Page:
Illinois companies are slamming the state's move to the third-highest corporate tax rate in the country, signed into law Thursday, saying they are concerned about its effect on business.
But amid local budget shortfalls, other states might not find such tax hikes such a bad idea, and some tax policy experts said other Americans should brace themselves for inevitable tax increases in their states.
Joseph Henchman, tax counsel for The Tax Foundation in Washington, D.C., said the Illinois tax hike is only the beginning of what will be a tumultuous year for state tax rates.
"It will be quite an active year," said Henchman. "It might be a year of dramatic tax increases given the constraints states are under. There's always pressure to increase spending more than revenue growth, but the Tea Party and limited government dynamics will add to that pressure."
Henchman said other states that will definitely see tax increases are those in the worst fiscal trouble -- California and Maryland, and potentially New York.
But the new Illinois tax rate legislation, signed into law Thursday evening by Gov. Pat Quinn, already is making waves in the Upper Midwest.
James O'Donnell, vice president of a manufacturing company outside of Chicago, said he is not just troubled but angry that legislators this week approved a 30 percent corporate tax rate increase. The rate increased to 9.5 percent from 7.3 percent, and the individual income tax increased to 5 percent from 3 percent, retroactive to Jan. 1, 2011.
"Someone asked me if this was that big of a deal, and I answered immediately, 'Yes, it definitely is a big deal,'" O'Donnell said. "It's bad for our employees, the future of our company, and it's not good for our customers either. This does nothing but increase our costs."
O'Donnell said his company, CamCraft Inc., had to make "painful decisions" in 2009 to stay afloat without raising customers' prices during the downturn. He said he is bitter that the state legislature did not do the same.
"The Illinois legislature made a very strong statement that they don't care about businesses and manufacturing," O'Donnell said.
He said his company, which has 275 employees and one facility in Hanover Park, Ill., may consider adding a second location in the future. And the Illinois tax increases give more reason to look outside the state.
Nick Kalivas, vice president of financial research with brokerage firm MF Global, said that the tax increase was an "anti-growth" measure.
"My concern from an economic standpoint is that gasoline prices are very high in Illinois, you've got fairly strict worker compensation laws, the regulatory environment is relatively stiff here, and you're taking money from the consumer," said Kalivas from his office in Chicago. "This tends to dampen the growth outlook."
The governors in Wisconsin and Indiana have been quick to comment on Illinois' tax increase. The neighboring states hope the increase will inspire businesses to move, with their tax revenue, to their states.
"We already had an edge on Illinois in terms of the cost of doing business, and this is going to make it significantly wider," Indiana Gov. Mitch Daniels told The Northwest Indiana Times last week.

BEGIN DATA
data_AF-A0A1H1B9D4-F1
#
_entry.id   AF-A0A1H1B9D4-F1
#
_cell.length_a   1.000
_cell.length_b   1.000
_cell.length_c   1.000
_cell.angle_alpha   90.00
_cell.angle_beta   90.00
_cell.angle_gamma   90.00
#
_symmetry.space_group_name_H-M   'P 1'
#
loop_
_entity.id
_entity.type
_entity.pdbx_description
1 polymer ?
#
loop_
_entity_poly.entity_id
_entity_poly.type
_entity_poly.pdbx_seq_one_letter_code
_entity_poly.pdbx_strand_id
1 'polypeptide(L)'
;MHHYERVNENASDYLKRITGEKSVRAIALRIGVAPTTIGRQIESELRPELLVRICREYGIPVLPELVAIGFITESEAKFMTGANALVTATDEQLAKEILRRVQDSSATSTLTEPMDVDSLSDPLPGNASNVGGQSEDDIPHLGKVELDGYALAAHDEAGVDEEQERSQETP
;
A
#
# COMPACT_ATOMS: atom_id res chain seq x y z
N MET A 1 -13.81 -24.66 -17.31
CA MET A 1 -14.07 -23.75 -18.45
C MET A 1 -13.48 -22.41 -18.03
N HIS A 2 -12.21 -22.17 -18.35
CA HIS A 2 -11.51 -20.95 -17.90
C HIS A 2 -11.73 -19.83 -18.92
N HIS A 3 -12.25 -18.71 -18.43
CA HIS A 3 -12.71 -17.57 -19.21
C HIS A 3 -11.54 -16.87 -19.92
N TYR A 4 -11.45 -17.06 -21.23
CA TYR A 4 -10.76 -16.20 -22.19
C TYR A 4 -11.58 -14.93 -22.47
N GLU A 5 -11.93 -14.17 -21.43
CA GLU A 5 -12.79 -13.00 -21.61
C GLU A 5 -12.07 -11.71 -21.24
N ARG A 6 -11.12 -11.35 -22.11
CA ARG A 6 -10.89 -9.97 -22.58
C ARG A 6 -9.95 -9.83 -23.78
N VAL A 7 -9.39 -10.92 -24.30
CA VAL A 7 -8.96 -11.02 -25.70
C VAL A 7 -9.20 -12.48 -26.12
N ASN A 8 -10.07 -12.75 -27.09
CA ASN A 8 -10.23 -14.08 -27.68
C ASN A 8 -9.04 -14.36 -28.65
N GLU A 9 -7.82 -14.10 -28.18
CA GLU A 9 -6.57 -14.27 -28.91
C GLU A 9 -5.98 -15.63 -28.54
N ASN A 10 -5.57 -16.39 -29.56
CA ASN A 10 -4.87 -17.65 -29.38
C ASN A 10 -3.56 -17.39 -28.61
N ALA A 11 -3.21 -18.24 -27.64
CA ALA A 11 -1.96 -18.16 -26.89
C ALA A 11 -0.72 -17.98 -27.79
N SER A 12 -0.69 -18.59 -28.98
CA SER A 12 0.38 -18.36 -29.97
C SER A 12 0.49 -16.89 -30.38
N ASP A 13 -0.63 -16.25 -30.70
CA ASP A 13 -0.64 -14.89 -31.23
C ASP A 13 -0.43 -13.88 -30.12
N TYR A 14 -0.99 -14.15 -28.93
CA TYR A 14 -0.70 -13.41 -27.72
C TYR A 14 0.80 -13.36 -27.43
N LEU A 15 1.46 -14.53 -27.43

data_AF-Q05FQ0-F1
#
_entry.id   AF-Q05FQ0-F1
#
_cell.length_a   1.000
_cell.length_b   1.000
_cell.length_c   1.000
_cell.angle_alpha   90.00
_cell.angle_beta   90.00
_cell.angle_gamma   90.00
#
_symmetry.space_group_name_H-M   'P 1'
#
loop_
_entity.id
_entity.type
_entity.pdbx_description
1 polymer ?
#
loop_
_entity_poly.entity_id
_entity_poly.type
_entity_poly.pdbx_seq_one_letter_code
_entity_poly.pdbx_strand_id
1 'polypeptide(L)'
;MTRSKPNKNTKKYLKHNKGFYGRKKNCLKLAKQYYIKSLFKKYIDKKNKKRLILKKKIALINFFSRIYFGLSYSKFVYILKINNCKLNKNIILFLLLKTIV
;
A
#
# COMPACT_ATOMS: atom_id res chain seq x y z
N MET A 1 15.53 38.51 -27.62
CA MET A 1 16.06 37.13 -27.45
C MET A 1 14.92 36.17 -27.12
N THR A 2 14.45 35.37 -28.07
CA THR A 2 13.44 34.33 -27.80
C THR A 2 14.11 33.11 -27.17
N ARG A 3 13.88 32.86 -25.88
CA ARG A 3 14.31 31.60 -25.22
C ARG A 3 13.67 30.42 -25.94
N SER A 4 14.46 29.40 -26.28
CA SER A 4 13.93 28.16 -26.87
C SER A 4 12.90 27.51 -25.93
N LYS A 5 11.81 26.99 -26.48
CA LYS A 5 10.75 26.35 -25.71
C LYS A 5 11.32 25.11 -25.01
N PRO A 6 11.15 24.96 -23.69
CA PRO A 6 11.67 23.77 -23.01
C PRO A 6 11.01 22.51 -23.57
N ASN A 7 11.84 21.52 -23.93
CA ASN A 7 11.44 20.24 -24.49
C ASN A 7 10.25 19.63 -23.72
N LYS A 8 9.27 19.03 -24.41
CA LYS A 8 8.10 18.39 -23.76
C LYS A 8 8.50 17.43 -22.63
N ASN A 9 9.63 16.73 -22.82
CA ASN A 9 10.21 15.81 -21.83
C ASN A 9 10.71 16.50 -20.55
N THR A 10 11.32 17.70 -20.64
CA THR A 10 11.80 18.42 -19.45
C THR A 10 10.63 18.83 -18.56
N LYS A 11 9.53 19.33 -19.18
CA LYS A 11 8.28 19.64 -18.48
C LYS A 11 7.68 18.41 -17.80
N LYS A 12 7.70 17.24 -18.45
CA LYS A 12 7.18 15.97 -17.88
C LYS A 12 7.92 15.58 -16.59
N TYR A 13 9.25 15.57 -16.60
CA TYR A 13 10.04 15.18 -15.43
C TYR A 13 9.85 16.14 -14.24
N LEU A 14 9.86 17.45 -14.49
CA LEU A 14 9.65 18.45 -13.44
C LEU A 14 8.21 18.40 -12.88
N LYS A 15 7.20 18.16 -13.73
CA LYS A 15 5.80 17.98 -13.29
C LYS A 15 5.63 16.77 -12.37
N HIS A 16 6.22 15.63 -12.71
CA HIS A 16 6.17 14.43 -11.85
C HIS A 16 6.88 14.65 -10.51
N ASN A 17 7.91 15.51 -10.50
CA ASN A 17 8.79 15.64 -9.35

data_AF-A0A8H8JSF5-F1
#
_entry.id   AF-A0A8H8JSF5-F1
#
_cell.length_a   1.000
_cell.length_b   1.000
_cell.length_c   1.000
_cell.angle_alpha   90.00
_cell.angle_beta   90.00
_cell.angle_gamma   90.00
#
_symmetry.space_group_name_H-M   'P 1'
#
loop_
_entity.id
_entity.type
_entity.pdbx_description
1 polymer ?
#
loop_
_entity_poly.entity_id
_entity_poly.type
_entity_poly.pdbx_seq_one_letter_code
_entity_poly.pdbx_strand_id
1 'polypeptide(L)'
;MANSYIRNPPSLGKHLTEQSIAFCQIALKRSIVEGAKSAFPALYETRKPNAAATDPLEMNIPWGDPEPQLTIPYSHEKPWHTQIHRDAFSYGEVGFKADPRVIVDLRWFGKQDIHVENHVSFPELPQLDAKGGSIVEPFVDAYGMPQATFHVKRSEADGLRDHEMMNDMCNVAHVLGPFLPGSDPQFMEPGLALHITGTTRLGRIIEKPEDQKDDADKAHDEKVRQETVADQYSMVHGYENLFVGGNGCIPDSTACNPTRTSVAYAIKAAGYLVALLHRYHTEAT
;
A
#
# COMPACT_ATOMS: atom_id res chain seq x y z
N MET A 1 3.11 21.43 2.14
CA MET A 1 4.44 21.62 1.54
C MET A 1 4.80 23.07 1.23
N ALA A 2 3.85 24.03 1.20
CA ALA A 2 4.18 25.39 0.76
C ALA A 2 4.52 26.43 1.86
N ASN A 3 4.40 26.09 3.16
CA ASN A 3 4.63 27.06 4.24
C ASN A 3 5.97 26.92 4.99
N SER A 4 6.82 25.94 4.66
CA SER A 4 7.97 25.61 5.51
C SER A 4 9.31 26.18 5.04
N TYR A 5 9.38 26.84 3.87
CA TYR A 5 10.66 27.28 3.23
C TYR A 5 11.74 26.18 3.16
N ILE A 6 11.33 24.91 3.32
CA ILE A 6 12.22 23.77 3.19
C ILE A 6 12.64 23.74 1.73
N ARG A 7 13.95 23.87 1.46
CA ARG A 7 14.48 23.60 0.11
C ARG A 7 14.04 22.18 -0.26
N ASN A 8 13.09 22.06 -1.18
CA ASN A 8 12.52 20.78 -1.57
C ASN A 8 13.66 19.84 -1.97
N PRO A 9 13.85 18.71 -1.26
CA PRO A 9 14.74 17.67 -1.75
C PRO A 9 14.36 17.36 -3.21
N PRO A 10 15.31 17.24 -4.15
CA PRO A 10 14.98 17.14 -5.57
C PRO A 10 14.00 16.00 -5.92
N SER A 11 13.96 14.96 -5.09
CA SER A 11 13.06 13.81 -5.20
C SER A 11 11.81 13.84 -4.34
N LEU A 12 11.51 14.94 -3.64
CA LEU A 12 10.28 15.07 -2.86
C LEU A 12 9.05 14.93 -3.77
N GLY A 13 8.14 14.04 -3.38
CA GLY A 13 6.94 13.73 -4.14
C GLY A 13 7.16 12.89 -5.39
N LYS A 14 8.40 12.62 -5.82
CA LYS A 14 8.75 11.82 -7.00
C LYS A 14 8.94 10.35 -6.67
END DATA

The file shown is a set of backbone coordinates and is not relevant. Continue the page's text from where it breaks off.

The newly inaugurated governor in Wisconsin, Scott Walker, has used the slogan "Wisconsin Is Open for Business" since he was elected in November to try to lower his state's taxes.
Illinois' income tax increase to a flat 5 percent still is lower than Wisconsin's top income tax rate of 7.75 percent.
Doug Whitley, president of the Illinois Chamber of Commerce, said he was surprised by the size of the corporate tax increase, but he does not anticipate a "great fleeing of employers."
"I think it was a mistake personally. Illinois should never have a corporate income tax rate that is higher than your neighboring state," said Whitley. "The other big troubling concern about the action was there was no significant effort to cut spending or make any commitments to cut spending."
But other states also may move toward higher tax rates -- and at least one already has.
California Gov. Jerry Brown, in a effort to solve the state's fiscal crisis, increased the income tax for every bracket by 0.25 percent after a surcharge ended on Dec. 31, 2010.
California's state sales tax is set to drop one percentage point on July 1, but Brown has proposed a bailout initiative to extend the tax, which Henchman predicts will succeed.
Of the state tax increases in the country in 2010, Henchman said most were aimed at specific groups, including high-income earners, smokers or out-of-state business transactions.
New Jersey's "millionaire's tax" income tax rates, which had a max of 10.75 percent, expired on Dec. 31, 2009. The new top rate is 8.97 percent, which matches that of New York.
The individual income tax rates of New York and New Jersey may look gargantuan compared to Illinois' new rate of 5 percent. But Henchman said Illinois' individual income tax was the last bastion of refuge from expensive taxes that is no more.
"It used to be the tax that balanced out all the other problems," said Henchman. "The corporate tax was kind of high originally. The sales tax was famously high and burdensome. The property tax was burdensome. Having that low income tax rate balanced those things, but now it won't."